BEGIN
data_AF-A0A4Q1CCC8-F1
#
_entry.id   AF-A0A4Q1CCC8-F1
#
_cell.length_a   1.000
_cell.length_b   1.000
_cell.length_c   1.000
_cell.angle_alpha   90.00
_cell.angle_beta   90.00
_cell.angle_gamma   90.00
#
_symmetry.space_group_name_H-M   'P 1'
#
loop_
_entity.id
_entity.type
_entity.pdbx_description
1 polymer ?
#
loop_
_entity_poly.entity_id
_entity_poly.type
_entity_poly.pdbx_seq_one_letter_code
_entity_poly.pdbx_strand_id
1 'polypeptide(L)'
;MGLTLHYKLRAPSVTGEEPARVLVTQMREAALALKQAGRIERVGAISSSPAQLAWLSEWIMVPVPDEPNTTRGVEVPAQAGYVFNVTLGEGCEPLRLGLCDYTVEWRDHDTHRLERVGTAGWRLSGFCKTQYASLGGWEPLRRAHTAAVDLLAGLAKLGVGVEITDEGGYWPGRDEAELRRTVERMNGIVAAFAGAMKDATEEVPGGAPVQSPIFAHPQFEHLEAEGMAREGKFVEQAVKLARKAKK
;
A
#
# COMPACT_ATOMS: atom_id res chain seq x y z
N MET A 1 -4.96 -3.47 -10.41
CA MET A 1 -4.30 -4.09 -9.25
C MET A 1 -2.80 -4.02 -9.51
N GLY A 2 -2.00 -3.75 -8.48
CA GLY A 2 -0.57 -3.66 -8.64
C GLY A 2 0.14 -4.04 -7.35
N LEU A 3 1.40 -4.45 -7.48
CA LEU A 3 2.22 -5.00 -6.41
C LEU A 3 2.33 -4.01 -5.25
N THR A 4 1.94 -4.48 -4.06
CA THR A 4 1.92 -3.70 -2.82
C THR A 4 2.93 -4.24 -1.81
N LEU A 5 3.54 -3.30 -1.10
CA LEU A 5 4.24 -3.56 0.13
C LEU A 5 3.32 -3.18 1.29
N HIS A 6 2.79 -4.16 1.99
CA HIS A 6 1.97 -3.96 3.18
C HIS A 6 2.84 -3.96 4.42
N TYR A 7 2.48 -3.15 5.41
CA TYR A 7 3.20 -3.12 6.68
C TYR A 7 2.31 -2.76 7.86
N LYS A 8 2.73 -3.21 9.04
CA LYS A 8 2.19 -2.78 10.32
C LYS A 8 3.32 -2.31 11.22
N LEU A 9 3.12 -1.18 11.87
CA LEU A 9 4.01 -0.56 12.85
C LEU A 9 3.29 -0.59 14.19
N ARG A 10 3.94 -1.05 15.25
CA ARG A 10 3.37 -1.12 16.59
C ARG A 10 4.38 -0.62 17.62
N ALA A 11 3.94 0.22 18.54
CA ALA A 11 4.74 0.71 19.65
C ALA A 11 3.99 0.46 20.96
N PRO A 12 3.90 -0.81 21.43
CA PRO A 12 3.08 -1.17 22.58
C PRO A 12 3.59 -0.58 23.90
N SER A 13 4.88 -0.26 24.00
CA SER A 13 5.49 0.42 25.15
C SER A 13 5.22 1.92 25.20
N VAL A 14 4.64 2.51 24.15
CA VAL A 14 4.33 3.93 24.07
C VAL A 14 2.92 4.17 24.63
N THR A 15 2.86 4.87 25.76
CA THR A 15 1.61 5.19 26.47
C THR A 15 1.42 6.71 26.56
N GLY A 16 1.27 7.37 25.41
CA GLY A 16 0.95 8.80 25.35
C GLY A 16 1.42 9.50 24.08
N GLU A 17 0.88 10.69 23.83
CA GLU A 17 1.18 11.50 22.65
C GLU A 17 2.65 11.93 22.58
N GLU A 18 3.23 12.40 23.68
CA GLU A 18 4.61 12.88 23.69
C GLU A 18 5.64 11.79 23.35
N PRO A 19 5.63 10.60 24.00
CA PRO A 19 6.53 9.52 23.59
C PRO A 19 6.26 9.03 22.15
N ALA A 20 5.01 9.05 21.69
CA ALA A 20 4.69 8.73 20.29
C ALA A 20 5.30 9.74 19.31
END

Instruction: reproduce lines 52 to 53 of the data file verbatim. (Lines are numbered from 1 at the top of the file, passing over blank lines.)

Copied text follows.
N LYS A 8 2.73 -3.21 9.04
CA LYS A 8 2.19 -2.78 10.32